The Wrens K-9 unit was called to the scene where it hit on the vehicle and even on the spot where one of the occupants had been sitting, an officer said.

"One of the occupants told us they had been cooking cocaine down, diluting it with water and shooting up with it," Hannah said. "They said they had gone through about three grams in three days."

Officers recovered a number of unidentified pills, some of which had been individually bagged. They also found several hypodermic needles, some of which still had a liquid substance inside. Along with other drug paraphrenalia, officers confiscated 0.7 grams of marijuana.

The injured woman told officers she had been beaten by a drug dealer in Dearing in a "bad drug deal," the incident report reads.

Denise Brown, 50, of Greencove, Fla. and Michael Shane Tillman, 31, of Jacksonville, Fla., were both charged with possession and use of drug related objects and possession of less than an ounce of marijuana.

The female who had been beaten so severely was transported to MCG but had not been charged as of Tuesday.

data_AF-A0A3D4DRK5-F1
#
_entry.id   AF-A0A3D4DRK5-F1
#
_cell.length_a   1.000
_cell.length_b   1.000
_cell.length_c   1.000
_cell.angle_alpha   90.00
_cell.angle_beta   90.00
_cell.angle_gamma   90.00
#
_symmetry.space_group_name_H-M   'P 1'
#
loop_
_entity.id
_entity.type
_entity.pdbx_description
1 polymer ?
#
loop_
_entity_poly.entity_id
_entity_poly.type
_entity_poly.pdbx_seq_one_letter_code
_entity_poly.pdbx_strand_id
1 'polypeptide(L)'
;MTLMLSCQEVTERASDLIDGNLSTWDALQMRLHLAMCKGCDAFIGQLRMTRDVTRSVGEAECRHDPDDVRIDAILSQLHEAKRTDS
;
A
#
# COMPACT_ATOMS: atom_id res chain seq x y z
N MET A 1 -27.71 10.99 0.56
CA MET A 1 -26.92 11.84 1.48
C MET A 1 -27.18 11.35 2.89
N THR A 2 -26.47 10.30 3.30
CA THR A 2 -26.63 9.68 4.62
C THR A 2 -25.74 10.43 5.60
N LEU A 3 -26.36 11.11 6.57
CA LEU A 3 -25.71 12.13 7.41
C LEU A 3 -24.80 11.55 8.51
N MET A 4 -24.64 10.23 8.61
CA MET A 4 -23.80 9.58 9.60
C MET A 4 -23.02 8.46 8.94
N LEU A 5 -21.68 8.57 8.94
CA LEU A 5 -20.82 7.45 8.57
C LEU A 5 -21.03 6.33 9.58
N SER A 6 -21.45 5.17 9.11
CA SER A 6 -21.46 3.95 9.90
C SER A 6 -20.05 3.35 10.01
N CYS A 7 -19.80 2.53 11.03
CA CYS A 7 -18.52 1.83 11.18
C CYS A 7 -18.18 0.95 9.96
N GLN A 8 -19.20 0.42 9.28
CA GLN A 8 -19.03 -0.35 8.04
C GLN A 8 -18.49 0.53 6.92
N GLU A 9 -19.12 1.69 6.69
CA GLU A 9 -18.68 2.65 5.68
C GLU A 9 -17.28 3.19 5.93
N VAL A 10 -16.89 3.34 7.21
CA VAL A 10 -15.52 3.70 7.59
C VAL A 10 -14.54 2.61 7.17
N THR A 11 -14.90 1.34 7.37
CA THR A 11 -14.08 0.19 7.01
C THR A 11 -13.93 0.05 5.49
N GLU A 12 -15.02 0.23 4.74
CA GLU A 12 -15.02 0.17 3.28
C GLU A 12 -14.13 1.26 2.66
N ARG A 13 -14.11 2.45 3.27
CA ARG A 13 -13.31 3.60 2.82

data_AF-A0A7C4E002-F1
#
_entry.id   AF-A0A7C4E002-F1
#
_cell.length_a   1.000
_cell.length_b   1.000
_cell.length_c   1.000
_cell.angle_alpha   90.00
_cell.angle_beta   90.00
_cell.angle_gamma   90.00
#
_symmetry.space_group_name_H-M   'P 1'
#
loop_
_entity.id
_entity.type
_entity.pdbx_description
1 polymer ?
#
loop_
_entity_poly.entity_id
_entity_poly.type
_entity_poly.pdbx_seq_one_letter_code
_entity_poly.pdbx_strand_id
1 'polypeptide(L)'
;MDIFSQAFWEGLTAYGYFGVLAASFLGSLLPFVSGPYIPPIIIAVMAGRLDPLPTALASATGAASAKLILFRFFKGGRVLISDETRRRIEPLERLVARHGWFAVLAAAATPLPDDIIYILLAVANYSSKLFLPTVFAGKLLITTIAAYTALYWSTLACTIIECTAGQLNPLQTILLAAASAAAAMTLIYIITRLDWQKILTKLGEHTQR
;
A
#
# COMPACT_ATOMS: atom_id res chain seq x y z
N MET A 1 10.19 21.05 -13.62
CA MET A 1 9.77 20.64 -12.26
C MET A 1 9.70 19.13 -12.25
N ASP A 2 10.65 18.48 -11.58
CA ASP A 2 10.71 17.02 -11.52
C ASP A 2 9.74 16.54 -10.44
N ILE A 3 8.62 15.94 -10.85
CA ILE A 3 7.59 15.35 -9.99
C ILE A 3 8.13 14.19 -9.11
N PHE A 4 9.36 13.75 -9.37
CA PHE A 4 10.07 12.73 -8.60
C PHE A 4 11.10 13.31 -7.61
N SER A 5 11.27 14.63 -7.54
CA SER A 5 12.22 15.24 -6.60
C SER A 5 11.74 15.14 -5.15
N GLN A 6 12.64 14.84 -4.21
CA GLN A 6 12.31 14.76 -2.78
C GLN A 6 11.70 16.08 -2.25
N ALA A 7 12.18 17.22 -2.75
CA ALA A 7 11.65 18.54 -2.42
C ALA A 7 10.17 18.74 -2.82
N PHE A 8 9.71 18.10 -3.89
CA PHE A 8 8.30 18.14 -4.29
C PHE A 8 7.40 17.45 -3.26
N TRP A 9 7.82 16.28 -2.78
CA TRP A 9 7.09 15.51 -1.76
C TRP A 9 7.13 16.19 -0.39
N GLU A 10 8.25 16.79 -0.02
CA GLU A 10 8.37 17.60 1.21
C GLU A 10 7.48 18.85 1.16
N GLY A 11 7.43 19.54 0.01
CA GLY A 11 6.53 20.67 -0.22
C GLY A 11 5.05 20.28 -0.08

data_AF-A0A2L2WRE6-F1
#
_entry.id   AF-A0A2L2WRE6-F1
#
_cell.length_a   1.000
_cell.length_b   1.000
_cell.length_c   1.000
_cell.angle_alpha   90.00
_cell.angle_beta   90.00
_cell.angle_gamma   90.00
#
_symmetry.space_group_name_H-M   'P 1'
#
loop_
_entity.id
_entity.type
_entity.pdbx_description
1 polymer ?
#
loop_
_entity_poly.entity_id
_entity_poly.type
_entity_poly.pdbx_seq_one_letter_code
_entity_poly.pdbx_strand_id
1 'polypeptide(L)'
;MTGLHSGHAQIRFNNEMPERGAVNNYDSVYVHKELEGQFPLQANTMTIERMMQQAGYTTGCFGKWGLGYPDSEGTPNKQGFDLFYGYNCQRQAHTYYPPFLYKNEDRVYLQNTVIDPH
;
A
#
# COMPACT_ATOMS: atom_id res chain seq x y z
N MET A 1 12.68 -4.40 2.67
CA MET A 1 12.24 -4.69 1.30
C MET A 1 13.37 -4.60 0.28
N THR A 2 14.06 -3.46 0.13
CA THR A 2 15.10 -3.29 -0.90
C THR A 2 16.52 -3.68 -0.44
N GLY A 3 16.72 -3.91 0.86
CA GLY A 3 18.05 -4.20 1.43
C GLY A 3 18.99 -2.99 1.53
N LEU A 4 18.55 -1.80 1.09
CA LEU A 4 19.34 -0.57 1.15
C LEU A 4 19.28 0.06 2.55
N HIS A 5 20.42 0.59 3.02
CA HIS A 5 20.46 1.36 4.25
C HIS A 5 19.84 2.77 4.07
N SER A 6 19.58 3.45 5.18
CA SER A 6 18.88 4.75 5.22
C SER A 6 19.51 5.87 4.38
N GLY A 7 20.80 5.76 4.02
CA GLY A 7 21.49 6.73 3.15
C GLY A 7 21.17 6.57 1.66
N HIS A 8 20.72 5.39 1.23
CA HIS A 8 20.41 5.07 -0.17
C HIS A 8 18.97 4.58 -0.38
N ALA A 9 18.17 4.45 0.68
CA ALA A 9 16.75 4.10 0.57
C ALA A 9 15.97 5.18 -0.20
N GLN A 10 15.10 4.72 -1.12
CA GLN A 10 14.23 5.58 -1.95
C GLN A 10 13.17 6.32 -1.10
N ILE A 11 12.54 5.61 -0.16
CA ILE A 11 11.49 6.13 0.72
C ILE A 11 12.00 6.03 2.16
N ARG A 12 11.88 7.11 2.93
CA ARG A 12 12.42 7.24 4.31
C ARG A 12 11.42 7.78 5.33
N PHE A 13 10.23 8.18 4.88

Both Brown and Tillman claimed to have been passing through town on their way back to Florida when they got sleepy and decided to pull over.

Officers are in the process of sending the recovered items off to the state crime lab for identification. The investigation is on going and Hannah said the other charges could be pending.

Sheriff's cars getting radar

Details still being worked out, but the new equipment is on the way for Sheriff deputies' vehicles

By Ben Nelms
Staff Writer

The details have yet to be worked out but a sea change in traffic enforcement in Jefferson County is on the horizon. Sheriff's deputies will soon begin using radar to hold down excessive speeds along the Fall Line Freeway and other roads in Jefferson County. Speaking to commissioners at the Sept. 2 work session, Sheriff Gary Hutchins cited the ever-increasing number of vehicles traveling county roadways and the human tragedies that result from high-speed crashes as reasons for the move.